This, of ourse, is the title of the instant classic of an exchange between Nick Eberstadt and Bill Galston in Saturday’s WALL STREET JOURNAL .

Here are the summaries given of each position:

Eberstadt: “With a treasure chest of government-supplied benefits readily available, a taker mentality has become part of our way of life.” (And, in general, Eberstadt seems to me to exaggerate our dependence.)

Galston: “There are compelling reasons to rethink the entitlement state, but they have little to do with a culture of dependence.” (And, obviously, “little to do” is exaggeration in the other direction.)

But in general: I find myself CLOSER to Galston. The implosion of our entitlement safety nets has more to do with the demographic crisis—too many old people and not enough young ones—and uneven and uncertain economic growth (which has lots of causes). It is, as I’ve explained before, somewhat of a crisis of individualism. And I don’t buy the theory that people cut back on the babies because, what with Social Security and all, they wouldn’t need them to take care of them in their old age. Women’s liberation into the workforce, which was more good than not, is a big cause here.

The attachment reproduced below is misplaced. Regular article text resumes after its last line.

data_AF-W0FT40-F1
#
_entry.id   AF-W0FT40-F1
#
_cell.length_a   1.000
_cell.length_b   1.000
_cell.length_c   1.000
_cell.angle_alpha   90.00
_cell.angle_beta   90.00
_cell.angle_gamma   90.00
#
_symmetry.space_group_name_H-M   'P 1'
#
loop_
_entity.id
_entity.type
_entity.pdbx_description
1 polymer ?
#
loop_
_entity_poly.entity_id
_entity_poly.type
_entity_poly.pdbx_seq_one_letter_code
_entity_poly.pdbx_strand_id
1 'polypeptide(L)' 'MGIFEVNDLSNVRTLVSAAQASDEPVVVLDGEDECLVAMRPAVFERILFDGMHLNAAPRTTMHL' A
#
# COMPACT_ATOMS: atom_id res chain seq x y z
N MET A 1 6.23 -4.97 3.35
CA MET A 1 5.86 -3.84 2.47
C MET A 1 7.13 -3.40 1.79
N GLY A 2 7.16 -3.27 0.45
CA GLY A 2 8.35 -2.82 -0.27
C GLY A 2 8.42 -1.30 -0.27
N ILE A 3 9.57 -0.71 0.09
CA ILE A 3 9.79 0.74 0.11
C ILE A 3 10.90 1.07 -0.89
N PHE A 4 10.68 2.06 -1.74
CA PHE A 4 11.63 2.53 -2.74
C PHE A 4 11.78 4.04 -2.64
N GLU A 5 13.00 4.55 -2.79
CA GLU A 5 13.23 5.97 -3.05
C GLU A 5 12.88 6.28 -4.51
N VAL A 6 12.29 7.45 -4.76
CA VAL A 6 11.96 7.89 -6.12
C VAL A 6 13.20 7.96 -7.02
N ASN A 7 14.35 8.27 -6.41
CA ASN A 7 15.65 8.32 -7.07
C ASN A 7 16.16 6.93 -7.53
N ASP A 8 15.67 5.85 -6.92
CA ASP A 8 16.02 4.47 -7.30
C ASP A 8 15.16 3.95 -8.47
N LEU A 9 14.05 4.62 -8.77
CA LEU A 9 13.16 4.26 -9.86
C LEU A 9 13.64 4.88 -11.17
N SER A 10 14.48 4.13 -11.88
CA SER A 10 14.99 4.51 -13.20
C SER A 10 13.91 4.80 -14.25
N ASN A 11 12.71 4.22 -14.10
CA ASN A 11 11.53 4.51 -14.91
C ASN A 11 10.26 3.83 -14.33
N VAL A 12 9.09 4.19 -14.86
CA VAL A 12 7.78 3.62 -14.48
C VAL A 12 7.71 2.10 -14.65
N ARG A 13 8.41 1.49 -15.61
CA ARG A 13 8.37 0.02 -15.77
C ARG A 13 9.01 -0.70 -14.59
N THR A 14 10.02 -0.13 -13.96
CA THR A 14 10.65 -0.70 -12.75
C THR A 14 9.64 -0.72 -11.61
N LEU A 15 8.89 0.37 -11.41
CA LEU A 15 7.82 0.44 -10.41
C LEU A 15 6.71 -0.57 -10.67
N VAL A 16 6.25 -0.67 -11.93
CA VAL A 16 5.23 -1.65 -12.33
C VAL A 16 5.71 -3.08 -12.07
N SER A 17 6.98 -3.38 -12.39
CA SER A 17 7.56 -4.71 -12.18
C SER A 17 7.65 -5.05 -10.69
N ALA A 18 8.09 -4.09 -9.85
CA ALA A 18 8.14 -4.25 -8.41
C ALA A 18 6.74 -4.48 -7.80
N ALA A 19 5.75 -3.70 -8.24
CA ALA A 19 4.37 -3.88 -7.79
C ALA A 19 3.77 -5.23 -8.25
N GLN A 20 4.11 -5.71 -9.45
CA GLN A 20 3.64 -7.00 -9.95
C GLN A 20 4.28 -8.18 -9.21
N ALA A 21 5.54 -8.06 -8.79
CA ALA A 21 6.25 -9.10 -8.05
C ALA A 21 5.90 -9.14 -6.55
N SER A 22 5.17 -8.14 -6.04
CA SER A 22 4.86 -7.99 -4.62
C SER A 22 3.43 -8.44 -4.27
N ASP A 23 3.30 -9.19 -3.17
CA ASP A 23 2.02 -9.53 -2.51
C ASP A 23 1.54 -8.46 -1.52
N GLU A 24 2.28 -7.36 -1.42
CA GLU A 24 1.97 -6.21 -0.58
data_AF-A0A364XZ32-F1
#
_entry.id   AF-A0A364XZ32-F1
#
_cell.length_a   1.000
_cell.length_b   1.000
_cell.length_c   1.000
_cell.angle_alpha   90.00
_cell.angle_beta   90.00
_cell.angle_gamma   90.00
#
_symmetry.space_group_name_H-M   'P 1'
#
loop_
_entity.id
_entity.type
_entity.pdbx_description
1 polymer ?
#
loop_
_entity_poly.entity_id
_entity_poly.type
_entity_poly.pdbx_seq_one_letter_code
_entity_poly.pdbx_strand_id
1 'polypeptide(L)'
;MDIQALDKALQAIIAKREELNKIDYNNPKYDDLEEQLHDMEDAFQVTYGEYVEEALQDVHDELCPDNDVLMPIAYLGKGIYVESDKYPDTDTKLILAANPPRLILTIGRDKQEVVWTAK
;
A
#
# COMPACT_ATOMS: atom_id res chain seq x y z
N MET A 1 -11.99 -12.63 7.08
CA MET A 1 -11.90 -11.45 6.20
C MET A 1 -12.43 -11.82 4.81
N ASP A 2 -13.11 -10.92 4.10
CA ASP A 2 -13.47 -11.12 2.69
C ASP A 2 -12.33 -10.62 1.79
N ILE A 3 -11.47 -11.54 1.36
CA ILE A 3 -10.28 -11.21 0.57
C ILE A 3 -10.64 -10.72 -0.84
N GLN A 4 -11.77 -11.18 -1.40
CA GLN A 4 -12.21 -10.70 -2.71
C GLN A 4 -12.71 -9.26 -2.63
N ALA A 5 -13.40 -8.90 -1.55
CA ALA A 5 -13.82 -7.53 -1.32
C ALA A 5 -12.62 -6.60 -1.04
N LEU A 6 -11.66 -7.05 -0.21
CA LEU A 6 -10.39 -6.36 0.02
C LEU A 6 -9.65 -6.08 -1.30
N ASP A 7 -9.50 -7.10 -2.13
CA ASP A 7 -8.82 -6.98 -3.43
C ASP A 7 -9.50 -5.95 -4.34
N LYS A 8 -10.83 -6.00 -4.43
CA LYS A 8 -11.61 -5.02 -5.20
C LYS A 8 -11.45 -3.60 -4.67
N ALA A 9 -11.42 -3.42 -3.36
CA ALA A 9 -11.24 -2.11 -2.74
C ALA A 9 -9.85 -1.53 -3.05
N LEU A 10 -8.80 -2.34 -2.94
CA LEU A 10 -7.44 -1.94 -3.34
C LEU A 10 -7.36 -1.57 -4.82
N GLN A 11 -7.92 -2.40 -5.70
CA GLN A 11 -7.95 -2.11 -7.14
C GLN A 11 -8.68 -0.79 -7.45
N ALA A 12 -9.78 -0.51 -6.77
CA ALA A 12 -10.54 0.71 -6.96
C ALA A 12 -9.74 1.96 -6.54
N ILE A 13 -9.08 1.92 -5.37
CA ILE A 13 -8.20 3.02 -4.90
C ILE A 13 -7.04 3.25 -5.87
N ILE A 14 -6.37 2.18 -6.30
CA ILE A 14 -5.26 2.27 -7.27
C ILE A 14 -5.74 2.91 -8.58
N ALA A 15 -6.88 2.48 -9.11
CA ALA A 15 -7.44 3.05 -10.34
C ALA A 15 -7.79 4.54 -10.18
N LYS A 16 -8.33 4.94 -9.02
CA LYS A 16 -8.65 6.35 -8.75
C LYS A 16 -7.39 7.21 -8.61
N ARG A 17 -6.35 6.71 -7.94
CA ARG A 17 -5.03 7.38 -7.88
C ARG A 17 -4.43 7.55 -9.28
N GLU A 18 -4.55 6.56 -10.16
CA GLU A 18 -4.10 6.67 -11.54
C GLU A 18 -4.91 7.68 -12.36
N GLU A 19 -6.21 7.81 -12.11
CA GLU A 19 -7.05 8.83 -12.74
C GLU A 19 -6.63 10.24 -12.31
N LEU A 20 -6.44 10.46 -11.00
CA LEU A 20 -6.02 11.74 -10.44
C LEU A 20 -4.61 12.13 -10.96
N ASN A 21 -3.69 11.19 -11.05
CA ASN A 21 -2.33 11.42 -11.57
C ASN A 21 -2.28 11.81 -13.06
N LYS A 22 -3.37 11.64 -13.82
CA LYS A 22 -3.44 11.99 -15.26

The “road to serfdom” or “soft despotism” exaggeration of Nick corresponds to the vision of THE TEA PARTY, not mentioned at the Republican convention. And it wasn’t the vision presented by Ryan (the ex-Randian and new Catholic Social Thought guy).

So at first I was afraid that my strange attraction to Galston (whose article does have various liberal idealizations I can’t believe in, but still) meant I was an in-denial, deeply closeted Democrat.

But after all: Galston’s view is actually very close to Romney’s—and hardly Obama’s. Romney is about fixing our entitlements, and not about blaming anyone for them. Same with Ryan.

More on: Etcetera

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